2013 Mini Paceman Walk Around

While the Paceman shares the same 102.2-inch wheelbase as the Countryman, the design isn't a mere three-door version of Mini's biggest hauler. Although it's 16 inches longer than the Hardtop, Paceman preserves the proportions of its smaller cousin, with the same downsloping roofline, lower than that of the Countryman, and a rising beltline. The design is reminiscent of the Range Rover Evoque, and like the small Range Rover includes the option of a contrasting color for the roof, a rare option in today's market.

As you'd expect, the Paceman has its own alloy wheel designs, eight of them in fact (17-inch standard, 18- and 19-inch optional), as well as a going away view, distinguished by oversize round taillights, that differs from that of Countryman.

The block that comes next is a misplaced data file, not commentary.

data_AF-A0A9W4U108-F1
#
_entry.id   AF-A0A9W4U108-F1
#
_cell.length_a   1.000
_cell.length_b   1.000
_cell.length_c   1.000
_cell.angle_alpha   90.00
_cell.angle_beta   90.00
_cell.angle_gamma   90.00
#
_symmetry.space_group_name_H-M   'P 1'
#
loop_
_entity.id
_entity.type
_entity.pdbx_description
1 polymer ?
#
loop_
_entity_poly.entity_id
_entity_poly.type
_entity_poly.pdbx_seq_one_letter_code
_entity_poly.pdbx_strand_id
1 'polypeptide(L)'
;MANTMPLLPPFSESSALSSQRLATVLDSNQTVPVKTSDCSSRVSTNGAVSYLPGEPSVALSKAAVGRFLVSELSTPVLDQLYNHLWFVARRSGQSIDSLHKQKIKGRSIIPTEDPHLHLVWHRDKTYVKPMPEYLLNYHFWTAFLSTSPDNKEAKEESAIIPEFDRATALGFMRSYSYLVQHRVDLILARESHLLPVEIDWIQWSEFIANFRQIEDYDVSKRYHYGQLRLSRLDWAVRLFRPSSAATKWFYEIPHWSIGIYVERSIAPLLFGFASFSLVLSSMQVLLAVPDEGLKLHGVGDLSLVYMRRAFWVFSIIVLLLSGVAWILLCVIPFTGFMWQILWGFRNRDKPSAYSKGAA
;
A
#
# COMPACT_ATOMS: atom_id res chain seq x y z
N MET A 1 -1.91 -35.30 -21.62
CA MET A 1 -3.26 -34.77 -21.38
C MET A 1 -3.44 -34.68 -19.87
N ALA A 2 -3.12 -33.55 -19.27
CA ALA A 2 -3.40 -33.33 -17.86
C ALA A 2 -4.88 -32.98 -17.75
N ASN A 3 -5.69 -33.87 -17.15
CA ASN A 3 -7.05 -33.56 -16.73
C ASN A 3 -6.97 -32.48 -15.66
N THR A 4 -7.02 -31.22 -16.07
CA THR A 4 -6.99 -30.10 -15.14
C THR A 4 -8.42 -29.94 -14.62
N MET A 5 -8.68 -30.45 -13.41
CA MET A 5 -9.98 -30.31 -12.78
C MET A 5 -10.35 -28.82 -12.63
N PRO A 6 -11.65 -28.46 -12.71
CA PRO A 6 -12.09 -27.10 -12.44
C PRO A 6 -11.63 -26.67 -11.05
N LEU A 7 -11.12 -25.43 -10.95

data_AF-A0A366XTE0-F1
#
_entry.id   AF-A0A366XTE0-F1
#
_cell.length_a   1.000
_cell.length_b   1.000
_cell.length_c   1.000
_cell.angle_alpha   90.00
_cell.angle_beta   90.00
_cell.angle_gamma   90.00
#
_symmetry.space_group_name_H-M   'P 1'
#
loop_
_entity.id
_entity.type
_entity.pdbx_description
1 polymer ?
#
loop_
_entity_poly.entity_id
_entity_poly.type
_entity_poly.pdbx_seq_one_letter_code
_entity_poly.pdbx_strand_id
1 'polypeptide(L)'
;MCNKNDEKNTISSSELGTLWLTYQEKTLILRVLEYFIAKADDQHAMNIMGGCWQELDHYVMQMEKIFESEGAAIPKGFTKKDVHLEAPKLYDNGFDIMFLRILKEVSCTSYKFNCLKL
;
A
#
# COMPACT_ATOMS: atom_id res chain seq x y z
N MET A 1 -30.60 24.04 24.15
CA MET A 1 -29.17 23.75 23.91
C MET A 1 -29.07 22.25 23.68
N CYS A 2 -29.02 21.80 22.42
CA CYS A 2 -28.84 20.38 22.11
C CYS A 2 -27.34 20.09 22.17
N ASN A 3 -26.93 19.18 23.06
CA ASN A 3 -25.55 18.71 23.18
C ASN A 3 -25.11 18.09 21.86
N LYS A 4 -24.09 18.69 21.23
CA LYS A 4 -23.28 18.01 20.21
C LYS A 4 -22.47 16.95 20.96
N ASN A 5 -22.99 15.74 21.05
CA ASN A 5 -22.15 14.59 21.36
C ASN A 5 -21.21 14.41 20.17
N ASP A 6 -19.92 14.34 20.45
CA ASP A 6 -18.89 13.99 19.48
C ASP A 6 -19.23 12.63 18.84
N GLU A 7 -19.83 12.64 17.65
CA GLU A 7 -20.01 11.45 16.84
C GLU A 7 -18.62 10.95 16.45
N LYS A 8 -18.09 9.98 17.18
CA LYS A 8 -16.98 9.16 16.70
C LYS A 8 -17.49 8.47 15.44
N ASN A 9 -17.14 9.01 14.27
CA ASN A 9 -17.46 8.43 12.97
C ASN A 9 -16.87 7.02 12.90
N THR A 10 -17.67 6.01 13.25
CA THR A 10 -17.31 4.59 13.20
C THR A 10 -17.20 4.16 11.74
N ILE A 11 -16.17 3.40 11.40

As with the exterior, the Mini design team works overtime to remind owners that they're in possession of a car that thumbs its nose at convention, and the Paceman is no exception to this ethic. This can require some familiarization on the part of the owner. In particular, the center-dash speedometer takes some getting used to, while the tachometer rides atop the steering column. That speedo has expanded over the years, and is now about the size of a dinner plate, dominating the entire dashboard. On the other hand, it makes a very good home for the optional navigation system.

Speaking of options, Minis offer many, telematics, cosmetic, and performance-oriented. The idea is to give owners lots of latitude to customize their cars, and of course increase the corporate bottom line.

Paceman's interior materials are of high quality, the standard seats are sporty and supportive. The relocation of the power window switches from the center stack to the doors is a welcome update. Retro has its limits.

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